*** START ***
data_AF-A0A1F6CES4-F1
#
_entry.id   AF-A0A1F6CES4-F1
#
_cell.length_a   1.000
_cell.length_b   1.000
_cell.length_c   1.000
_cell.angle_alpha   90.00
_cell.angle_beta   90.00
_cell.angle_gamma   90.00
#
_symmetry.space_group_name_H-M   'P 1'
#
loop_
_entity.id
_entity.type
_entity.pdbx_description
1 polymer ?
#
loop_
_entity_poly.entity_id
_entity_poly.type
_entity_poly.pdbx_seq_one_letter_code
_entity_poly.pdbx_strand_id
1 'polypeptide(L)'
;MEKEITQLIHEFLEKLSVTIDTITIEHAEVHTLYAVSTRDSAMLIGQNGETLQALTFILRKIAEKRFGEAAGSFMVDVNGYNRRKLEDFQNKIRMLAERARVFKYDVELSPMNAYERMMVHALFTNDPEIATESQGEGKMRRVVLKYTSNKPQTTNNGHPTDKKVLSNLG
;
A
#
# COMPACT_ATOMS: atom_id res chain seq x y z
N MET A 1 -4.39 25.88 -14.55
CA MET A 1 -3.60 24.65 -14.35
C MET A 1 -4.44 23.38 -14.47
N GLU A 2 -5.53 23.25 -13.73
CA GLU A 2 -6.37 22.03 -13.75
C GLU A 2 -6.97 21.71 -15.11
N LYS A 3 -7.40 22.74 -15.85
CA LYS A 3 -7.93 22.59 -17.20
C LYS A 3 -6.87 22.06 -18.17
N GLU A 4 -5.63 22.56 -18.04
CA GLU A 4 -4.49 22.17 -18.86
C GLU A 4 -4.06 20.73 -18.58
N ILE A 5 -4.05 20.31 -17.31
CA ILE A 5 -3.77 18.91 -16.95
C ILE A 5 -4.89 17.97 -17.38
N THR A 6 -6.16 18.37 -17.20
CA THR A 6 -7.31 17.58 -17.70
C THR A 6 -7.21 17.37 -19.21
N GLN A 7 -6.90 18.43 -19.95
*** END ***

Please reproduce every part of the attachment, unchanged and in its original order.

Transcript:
data_AF-A0A1F6CES4-F1
#
_entry.id   AF-A0A1F6CES4-F1
#
_cell.length_a   1.000
_cell.length_b   1.000
_cell.length_c   1.000
_cell.angle_alpha   90.00
_cell.angle_beta   90.00
_cell.angle_gamma   90.00
#
_symmetry.space_group_name_H-M   'P 1'
#
loop_
_entity.id
_entity.type
_entity.pdbx_description
1 polymer ?
#
loop_
_entity_poly.entity_id
_entity_poly.type
_entity_poly.pdbx_seq_one_letter_code
_entity_poly.pdbx_strand_id
1 'polypeptide(L)'
;MEKEITQLIHEFLEKLSVTIDTITIEHAEVHTLYAVSTRDSAMLIGQNGETLQALTFILRKIAEKRFGEAAGSFMVDVNGYNRRKLEDFQNKIRMLAERARVFKYDVELSPMNAYERMMVHALFTNDPEIATESQGEGKMRRVVLKYTSNKPQTTNNGHPTDKKVLSNLG
;
A
#
# COMPACT_ATOMS: atom_id res chain seq x y z
N MET A 1 -4.39 25.88 -14.55
CA MET A 1 -3.60 24.65 -14.35
C MET A 1 -4.44 23.38 -14.47
N GLU A 2 -5.53 23.25 -13.73
CA GLU A 2 -6.37 22.03 -13.75
C GLU A 2 -6.97 21.71 -15.11
N LYS A 3 -7.40 22.74 -15.85
CA LYS A 3 -7.93 22.59 -17.20
C LYS A 3 -6.87 22.06 -18.17
N GLU A 4 -5.63 22.56 -18.04
CA GLU A 4 -4.49 22.17 -18.86
C GLU A 4 -4.06 20.73 -18.58
N ILE A 5 -4.05 20.31 -17.31
CA ILE A 5 -3.77 18.91 -16.95
C ILE A 5 -4.89 17.97 -17.38
N THR A 6 -6.16 18.37 -17.20
CA THR A 6 -7.31 17.58 -17.70
C THR A 6 -7.21 17.37 -19.21
N GLN A 7 -6.90 18.43 -19.95